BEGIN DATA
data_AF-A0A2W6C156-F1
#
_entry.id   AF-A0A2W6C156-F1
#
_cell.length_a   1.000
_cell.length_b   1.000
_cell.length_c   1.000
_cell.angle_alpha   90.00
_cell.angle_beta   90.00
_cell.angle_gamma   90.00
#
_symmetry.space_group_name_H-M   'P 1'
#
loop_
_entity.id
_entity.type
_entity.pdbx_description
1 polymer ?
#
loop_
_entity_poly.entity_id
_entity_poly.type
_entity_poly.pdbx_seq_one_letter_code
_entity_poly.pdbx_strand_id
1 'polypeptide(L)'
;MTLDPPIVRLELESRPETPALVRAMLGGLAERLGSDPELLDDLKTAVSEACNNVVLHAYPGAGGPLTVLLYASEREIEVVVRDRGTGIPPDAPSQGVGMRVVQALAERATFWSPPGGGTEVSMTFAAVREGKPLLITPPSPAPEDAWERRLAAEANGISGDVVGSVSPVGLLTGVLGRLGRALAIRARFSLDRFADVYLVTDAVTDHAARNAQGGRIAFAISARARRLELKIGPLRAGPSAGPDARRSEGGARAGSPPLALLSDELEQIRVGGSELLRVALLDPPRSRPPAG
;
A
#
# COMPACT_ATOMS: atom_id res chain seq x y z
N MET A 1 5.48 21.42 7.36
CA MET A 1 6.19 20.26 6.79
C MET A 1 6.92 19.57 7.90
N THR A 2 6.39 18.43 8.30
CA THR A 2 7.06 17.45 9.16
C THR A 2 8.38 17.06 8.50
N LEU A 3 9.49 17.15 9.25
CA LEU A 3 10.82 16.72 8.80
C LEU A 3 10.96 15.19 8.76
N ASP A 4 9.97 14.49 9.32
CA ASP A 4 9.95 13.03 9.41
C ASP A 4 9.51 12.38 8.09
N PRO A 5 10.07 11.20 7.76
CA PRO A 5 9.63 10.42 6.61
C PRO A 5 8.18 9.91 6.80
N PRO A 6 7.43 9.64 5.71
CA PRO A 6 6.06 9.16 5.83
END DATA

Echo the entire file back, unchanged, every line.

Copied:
data_AF-A0A2W6C156-F1
#
_entry.id   AF-A0A2W6C156-F1
#
_cell.length_a   1.000
_cell.length_b   1.000
_cell.length_c   1.000
_cell.angle_alpha   90.00
_cell.angle_beta   90.00
_cell.angle_gamma   90.00
#
_symmetry.space_group_name_H-M   'P 1'
#
loop_
_entity.id
_entity.type
_entity.pdbx_description
1 polymer ?
#
loop_
_entity_poly.entity_id
_entity_poly.type
_entity_poly.pdbx_seq_one_letter_code
_entity_poly.pdbx_strand_id
1 'polypeptide(L)'
;MTLDPPIVRLELESRPETPALVRAMLGGLAERLGSDPELLDDLKTAVSEACNNVVLHAYPGAGGPLTVLLYASEREIEVVVRDRGTGIPPDAPSQGVGMRVVQALAERATFWSPPGGGTEVSMTFAAVREGKPLLITPPSPAPEDAWERRLAAEANGISGDVVGSVSPVGLLTGVLGRLGRALAIRARFSLDRFADVYLVTDAVTDHAARNAQGGRIAFAISARARRLELKIGPLRAGPSAGPDARRSEGGARAGSPPLALLSDELEQIRVGGSELLRVALLDPPRSRPPAG
;
A
#
# COMPACT_ATOMS: atom_id res chain seq x y z
N MET A 1 5.48 21.42 7.36
CA MET A 1 6.19 20.26 6.79
C MET A 1 6.92 19.57 7.90
N THR A 2 6.39 18.43 8.30
CA THR A 2 7.06 17.45 9.16
C THR A 2 8.38 17.06 8.50
N LEU A 3 9.49 17.15 9.25
CA LEU A 3 10.82 16.72 8.80
C LEU A 3 10.96 15.19 8.76
N ASP A 4 9.97 14.49 9.32
CA ASP A 4 9.95 13.03 9.41
C ASP A 4 9.51 12.38 8.09
N PRO A 5 10.07 11.20 7.76
CA PRO A 5 9.63 10.42 6.61
C PRO A 5 8.18 9.91 6.80
N PRO A 6 7.43 9.64 5.71
CA PRO A 6 6.06 9.16 5.83